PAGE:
On the Foundations of Corporate Social Responsibility مبانی مسئولیت اجتماعی
مبانی مسئولیت اجتماعی شرکت
HAO LIANG and LUC RENNEBOOG
THE JOURNAL OF FINANCE • VOL. LXXII, NO. 2 • APRIL 2017
Using corporate social responsibility (CSR) ratings for 23,000 companies from 114 countries,
we find that a firm’s CSR rating and its country’s legal origin are strongly correlated.
Legal origin is a stronger explanation than “doing good by doing well” factors or firm and country characteristics
(ownership concentration, political institutions, and globalization):
firms from common law countries have lower CSR than
companies from civil law countries, with Scandinavian civil law firms having the highest CSR ratings.
Evidence from quasi-natural experiments such as scandals and
natural disasters suggests that civil law firms are more responsive to CSR shocks than common law firms.
THE CLASSICAL VIEW IN FINANCE
on modern corporations takes a shareholder value maximization perspective,
which holds that corporations are accountable only to profit-maximizing shareholders,
and apart from their contractually determined obligations, have no responsibility to serve other stakeholders’
interests or to enhance society’s welfare (Friedman (1970), B´enabou and Tirole (2010)).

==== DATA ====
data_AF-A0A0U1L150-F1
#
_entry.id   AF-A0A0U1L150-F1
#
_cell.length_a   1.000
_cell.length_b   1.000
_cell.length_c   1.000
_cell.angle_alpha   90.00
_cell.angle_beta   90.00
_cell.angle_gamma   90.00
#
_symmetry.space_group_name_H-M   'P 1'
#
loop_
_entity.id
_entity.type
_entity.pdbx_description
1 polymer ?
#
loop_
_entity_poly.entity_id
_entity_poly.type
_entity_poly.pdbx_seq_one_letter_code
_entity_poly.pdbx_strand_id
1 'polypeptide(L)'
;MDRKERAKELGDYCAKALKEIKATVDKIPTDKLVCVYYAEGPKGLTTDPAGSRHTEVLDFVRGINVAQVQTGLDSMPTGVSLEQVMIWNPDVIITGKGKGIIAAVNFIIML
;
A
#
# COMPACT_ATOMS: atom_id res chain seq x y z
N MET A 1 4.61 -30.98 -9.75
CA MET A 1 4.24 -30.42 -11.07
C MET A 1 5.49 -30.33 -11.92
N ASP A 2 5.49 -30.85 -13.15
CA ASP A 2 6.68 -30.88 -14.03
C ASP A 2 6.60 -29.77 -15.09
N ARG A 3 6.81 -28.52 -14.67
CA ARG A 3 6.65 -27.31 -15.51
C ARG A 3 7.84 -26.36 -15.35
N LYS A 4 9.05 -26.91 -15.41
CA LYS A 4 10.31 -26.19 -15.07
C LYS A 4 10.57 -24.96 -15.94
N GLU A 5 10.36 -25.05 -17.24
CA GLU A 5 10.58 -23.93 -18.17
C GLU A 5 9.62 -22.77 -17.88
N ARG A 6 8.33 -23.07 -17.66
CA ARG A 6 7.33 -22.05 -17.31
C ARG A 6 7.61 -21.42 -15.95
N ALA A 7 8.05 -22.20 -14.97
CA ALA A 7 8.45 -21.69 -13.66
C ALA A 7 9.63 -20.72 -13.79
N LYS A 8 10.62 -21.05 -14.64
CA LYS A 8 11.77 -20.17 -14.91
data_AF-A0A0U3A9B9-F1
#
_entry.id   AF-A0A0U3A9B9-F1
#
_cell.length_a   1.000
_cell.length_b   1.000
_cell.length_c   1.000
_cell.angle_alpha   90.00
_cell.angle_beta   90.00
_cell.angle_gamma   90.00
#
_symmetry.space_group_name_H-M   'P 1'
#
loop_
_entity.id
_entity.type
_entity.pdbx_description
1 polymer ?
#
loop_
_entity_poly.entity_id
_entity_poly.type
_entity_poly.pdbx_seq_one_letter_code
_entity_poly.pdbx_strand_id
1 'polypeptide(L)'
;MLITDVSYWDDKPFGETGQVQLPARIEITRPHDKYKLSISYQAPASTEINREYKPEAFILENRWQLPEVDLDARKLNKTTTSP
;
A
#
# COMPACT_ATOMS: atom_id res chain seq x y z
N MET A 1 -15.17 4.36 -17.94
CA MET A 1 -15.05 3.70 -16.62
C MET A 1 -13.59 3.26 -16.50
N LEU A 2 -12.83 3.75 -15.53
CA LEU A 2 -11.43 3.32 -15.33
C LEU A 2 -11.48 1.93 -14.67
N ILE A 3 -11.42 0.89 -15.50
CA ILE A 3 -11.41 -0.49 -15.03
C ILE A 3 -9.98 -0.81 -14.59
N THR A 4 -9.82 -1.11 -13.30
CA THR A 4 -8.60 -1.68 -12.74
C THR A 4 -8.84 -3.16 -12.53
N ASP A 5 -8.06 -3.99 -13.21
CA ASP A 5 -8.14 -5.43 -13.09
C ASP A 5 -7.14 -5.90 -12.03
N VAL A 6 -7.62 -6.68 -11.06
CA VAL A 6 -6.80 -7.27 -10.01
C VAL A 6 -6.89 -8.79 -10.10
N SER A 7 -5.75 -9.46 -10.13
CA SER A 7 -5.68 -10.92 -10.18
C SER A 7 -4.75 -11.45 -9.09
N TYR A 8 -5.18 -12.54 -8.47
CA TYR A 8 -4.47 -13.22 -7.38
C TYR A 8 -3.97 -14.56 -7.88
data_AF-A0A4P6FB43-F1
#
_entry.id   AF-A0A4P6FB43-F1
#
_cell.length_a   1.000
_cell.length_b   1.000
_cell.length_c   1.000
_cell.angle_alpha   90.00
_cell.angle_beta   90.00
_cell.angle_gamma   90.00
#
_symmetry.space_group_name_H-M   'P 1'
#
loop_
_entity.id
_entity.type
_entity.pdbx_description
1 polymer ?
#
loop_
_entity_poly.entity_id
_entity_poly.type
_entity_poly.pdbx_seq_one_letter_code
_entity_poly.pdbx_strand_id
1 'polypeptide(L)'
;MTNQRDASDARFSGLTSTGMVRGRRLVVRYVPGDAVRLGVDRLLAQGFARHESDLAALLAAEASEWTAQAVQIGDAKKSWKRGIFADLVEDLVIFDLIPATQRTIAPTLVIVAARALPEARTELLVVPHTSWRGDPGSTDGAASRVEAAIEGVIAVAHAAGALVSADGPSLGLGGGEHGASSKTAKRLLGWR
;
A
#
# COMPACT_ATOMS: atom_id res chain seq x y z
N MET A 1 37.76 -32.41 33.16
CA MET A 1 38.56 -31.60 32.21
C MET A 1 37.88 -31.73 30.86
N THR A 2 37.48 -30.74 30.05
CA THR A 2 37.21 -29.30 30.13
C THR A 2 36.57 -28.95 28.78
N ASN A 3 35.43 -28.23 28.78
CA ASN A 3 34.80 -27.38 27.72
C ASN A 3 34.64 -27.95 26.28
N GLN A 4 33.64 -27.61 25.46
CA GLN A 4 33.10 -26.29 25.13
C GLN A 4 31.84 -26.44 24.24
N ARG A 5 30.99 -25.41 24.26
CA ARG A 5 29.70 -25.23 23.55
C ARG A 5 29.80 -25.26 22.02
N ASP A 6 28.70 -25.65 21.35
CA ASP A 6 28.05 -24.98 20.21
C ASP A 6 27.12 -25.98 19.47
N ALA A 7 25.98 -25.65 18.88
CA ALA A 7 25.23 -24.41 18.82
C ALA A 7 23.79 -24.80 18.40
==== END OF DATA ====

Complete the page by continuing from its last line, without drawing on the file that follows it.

In reality, however, corporations often focus on objectives beyond profit
maximization and participate in activities
that improve other stakeholders’ welfare, such as providing employee benefits,
investing in environment-friendly production processes,
selecting suppliers that avoid the use of child labor,
and organizing projects to help the poor in less-developed countries.
Indeed, corporate social responsibility (CSR),
a term frequently used to describe such stakeholder-oriented behaviors,
has increasingly become a mainstream business activity
(Kitzmueller and Shimshack (2012)).
This raises the question of why do some firms want to be socially responsible rather than
pure profit maximizers, and more importantly,
why firms in some countries engage in CSR to a greater extent than firms in other countries.
The common explanation for why companies invest in CSR is that doing
so enhances profitability and firm value,
۱ a relationship often referred to as “doing well by doing good”
(e.g., Dowell, Hart, and Yeung (2000), Orlitzky, Schmidt, and Rynes (2003), Renneboog, Ter Horst,
and Zhang (2008, 2011), Guenster et al. (2011), Deng, Kang, and Low (2013),
Flammer (2015), Krueger (2015), Dimson, Karakas¸, and Li (2015)).